Tag Archives: suggestions

Must Listen: Book Lover’s Podcasts

22 Jun

get-booked-logo-e1441883061578I love the Get Booked podcast – it’s a book recommendation podcast where people submit questions for reading suggestions for themselves, as gifts, for their book club, etc. and receive suggestions from the hosts and Book Riot contributors. 9 times out of 10, I know very well that I’ll never read the books they suggest, but I love hearing about them – it’s a great way to hear about books from a wide-variety of genres and the ladies who host are so fun!

 

artworks_mediumIf you’re a kid lit author or illustrator and like to drink (both alcoholic and non) this is the group for you. I’m neither an author or illustrator, but I enjoy this podcast just the same – it’s fun to listen to other people geek out as much as I do about kid lit! They talk writing, interview authors, and in general have a lot of fun together – which is awesome!

 

downloadThis is a podcast hosted by a 5th grade teacher focusing on middle grade books. She talks classroom shop – always looking for ways to connect middle grade students to books they’ll love. My favorite part of this podcast is when she offers up suggestions and the format she uses is great – a quick overview of the story and three reasons why she loves the book. She’s got some great ideas to encourage readers and reading habits!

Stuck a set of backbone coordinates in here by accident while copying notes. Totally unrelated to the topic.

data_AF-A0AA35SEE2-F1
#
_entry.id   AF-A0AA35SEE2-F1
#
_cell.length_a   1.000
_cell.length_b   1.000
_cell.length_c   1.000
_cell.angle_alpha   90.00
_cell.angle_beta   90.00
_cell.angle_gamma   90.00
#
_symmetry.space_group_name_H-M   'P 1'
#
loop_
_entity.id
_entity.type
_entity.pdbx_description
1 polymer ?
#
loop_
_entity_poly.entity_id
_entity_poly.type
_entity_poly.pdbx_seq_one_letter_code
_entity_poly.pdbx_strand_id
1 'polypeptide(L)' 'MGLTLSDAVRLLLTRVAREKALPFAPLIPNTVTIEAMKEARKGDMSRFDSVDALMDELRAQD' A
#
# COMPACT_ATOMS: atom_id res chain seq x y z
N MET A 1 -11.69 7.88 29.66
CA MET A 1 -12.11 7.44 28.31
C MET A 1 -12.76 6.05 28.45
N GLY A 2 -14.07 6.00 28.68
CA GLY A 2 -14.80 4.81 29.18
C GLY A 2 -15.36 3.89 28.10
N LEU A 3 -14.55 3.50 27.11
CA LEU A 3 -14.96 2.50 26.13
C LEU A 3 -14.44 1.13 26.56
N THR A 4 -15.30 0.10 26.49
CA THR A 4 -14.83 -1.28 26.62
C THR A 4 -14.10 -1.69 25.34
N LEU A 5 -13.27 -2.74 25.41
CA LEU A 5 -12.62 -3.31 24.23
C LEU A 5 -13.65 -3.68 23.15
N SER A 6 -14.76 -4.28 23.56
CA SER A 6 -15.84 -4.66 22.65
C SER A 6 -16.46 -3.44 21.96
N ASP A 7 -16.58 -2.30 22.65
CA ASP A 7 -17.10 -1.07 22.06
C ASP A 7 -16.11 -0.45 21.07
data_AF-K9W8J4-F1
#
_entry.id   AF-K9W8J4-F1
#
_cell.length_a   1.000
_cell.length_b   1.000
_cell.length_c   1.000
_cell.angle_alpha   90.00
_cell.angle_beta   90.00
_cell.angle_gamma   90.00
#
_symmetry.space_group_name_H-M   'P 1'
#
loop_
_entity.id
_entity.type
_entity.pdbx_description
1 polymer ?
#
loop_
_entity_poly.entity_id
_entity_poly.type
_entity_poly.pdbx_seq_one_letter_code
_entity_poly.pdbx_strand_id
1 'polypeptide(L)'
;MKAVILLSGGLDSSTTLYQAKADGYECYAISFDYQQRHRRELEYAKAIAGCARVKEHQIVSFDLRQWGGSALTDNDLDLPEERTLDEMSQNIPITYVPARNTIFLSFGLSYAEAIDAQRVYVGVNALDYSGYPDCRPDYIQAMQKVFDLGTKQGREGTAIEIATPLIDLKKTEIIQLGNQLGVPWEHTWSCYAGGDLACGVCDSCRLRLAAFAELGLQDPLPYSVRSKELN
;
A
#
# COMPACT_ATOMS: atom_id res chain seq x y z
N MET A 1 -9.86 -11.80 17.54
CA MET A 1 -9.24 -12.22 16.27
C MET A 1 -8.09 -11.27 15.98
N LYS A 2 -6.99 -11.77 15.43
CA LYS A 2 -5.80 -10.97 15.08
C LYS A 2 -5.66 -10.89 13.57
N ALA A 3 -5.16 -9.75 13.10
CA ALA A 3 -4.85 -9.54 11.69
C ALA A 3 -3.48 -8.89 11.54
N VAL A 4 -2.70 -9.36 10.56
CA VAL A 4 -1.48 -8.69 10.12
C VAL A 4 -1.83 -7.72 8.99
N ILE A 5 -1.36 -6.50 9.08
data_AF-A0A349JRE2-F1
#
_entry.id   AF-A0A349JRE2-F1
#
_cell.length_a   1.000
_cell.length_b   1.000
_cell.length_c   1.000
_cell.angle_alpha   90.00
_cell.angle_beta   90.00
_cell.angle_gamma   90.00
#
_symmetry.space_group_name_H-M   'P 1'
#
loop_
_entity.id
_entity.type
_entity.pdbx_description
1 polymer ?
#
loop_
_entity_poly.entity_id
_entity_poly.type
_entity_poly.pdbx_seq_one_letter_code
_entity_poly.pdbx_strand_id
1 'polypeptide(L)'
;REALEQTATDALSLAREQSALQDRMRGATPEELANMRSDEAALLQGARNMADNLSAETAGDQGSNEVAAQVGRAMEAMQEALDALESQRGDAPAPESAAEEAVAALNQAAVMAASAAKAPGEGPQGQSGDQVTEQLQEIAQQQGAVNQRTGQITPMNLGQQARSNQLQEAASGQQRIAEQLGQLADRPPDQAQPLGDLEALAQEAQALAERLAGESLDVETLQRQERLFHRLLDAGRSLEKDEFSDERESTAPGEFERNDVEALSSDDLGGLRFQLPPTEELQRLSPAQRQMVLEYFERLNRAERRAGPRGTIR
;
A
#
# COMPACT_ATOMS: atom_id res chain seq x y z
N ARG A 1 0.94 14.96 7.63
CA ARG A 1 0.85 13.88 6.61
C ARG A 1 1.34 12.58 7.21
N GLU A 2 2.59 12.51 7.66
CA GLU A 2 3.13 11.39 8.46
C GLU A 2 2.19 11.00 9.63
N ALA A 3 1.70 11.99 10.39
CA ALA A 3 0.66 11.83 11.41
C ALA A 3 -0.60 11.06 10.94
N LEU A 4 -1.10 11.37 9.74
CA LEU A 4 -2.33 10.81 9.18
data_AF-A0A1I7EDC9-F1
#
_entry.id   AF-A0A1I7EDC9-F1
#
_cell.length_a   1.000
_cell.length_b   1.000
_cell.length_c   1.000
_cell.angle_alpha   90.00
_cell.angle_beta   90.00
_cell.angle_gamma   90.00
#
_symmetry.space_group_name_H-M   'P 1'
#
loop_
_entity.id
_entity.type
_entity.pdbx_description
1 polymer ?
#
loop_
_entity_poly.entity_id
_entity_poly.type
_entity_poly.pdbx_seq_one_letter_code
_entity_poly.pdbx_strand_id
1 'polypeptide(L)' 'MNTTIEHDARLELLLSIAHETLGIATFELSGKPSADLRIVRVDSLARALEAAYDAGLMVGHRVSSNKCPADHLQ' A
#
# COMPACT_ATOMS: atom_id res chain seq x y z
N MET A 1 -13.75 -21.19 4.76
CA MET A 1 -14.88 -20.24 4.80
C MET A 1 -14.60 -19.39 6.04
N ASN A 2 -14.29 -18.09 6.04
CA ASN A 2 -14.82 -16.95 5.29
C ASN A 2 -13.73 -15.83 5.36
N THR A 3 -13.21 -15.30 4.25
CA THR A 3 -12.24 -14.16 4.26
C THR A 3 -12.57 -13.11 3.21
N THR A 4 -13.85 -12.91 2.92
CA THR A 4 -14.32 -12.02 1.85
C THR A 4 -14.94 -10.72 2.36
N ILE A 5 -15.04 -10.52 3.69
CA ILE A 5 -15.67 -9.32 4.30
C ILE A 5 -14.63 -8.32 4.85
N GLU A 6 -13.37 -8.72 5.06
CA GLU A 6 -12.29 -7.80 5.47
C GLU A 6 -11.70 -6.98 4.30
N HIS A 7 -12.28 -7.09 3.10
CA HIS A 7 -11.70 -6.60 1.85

The-Yarn-logo-500-300x300The Yarn is hosted by Colby Sharp and Travis Jonker and each season has had a little bit of a different focus – but it’s always enlightening with a focus on kid lit author interviews. The first season of the podcast the guys focused on looking at Matthew & Jennifer Holm’s book – Sunny Side Up from many different angles – book designer, author, illustrator, colorist, editor and more.

 

These are just a few of the podcasts I listen to and if you’re looking for some more great examples, check out Brightly’s article, Press Play: 8 of the Best Kids’ Lit Podcasts (and a Few for Grown-Ups Too)!

 

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NPR’s Book Concierge

9 Dec

I was excited to see that NPR published their 2015 Book Concierge, but on taking a closer look there were some genres, themes, and concepts that were glaringly missing, in my opinion.

Now, I can’t talk for the entire list, I merely focused on the kids books and of the 260 books on the list only 23 are children’s books.  After taking a closer look, I was disappointed in the lack of diversity in characters – and they did a fairly good job of finding authors that are diverse, but the characters were truly lacking.  I also thought it was on oversight not to include any graphic novels in the children’s books.  This genre/style of books has taken off in the past few years and it’s a shame that NPR isn’t promoting some of the most amazing titles this year – Sunny Side Up by Jennifer L. Holm and Matthew Holm?!?!?!  The other surprise I noticed was absolutely zero suggestions for non-fiction titles for kids – absolutely ZERO!  I may be hyper-aware of non-fiction as I’m in the midst of judging the non-fiction genre for the CYBILS awards, but there are some wonderful non-fiction titles geared toward all ages of kids that I think are important to let families know about.